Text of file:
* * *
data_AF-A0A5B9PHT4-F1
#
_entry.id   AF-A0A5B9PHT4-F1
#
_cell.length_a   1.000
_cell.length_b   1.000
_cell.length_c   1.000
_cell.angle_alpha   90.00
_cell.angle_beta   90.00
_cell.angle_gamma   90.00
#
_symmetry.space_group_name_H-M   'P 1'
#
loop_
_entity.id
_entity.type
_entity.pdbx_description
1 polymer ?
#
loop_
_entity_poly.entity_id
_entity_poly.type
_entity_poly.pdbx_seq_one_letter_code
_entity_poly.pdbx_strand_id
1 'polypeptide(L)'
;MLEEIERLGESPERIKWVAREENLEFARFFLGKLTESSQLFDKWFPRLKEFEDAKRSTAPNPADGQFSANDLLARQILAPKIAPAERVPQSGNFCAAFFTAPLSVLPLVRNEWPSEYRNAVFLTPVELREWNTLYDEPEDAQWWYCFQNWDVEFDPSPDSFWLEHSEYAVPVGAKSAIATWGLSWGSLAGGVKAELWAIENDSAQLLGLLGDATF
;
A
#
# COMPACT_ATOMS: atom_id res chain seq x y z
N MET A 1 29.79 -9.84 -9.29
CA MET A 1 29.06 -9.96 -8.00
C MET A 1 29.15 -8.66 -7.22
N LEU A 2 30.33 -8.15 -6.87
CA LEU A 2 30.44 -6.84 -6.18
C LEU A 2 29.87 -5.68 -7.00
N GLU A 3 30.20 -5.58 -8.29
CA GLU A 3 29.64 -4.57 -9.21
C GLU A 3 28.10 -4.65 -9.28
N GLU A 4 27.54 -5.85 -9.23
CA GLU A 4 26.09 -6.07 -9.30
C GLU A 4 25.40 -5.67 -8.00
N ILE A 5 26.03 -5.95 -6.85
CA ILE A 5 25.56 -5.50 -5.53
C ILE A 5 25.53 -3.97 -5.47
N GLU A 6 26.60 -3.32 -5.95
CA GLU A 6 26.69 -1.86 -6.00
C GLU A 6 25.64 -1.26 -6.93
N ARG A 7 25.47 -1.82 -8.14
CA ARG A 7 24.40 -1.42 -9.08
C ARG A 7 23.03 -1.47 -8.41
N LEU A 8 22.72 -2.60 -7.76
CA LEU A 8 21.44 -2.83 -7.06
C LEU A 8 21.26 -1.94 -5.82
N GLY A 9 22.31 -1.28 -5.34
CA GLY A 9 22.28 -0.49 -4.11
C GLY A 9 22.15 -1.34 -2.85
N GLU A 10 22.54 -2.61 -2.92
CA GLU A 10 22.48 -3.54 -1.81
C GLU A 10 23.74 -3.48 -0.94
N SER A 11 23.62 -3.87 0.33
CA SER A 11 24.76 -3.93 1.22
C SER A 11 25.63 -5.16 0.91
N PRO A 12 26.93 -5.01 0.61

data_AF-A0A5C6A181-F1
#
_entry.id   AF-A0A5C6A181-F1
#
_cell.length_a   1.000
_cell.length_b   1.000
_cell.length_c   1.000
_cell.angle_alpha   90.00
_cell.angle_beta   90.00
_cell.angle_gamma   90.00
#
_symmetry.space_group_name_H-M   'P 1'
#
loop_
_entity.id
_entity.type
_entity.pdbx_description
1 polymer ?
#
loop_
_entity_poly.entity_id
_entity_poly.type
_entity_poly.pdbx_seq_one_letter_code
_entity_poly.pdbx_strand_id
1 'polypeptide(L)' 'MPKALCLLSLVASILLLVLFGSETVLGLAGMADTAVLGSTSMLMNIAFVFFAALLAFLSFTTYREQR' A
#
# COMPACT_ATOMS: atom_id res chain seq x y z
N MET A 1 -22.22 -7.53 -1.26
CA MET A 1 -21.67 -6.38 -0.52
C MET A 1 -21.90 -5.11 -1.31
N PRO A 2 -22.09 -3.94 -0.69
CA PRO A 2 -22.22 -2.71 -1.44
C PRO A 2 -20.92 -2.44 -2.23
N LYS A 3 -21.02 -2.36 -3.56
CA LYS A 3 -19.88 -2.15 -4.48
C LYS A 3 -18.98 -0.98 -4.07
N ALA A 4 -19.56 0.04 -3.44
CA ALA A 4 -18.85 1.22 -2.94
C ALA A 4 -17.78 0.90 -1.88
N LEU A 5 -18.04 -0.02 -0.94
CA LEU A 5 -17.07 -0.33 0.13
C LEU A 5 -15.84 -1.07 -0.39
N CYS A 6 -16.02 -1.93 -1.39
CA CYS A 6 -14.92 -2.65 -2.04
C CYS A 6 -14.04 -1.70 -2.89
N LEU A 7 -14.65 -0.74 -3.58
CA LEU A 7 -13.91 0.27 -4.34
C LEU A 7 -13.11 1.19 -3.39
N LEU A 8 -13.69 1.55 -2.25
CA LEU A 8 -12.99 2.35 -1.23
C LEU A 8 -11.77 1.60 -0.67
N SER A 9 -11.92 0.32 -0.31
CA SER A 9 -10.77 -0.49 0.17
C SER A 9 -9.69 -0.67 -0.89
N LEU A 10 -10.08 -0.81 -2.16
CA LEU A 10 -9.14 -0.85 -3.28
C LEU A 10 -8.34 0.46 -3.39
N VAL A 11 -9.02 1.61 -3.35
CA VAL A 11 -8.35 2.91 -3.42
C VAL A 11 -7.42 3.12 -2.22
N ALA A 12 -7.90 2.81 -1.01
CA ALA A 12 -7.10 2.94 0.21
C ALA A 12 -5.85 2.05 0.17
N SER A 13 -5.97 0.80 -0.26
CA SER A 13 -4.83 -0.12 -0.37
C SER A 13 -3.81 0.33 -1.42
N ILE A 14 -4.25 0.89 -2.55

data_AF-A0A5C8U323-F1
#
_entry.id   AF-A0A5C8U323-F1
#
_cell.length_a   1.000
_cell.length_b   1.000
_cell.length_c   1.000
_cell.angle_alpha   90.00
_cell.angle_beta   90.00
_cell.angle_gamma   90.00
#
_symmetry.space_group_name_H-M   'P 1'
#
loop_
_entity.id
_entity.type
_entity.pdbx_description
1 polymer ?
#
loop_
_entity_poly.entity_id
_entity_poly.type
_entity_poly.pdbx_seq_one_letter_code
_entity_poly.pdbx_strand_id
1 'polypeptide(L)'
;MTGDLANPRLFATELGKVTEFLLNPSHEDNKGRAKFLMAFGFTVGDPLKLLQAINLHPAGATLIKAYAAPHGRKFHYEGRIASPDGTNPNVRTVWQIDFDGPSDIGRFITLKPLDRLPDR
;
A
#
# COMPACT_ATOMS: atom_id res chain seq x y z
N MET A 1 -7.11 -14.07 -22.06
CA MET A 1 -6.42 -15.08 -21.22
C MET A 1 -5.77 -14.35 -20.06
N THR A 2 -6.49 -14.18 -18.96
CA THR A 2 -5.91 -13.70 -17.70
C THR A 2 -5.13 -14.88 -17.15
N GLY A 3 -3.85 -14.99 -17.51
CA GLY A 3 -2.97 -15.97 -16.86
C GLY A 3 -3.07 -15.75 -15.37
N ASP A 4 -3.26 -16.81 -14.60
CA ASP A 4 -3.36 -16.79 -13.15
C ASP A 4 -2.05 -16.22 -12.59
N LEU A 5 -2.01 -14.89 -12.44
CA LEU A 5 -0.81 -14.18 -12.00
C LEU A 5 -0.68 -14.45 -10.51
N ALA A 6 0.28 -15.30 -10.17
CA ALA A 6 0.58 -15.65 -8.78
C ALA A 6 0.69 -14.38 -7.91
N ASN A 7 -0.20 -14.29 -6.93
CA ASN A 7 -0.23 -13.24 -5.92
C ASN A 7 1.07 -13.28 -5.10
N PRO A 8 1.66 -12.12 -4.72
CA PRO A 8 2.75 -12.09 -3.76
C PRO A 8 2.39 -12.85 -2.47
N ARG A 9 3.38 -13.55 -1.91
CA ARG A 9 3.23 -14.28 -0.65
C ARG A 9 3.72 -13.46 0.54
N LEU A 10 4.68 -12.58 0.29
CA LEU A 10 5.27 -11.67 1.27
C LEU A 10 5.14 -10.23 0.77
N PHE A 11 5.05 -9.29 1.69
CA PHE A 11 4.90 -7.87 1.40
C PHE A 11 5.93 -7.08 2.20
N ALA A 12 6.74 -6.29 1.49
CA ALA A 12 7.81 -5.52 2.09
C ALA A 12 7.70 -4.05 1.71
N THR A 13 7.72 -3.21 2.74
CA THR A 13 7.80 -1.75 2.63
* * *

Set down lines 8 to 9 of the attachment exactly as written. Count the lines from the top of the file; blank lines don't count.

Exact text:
_cell.angle_alpha   90.00
_cell.angle_beta   90.00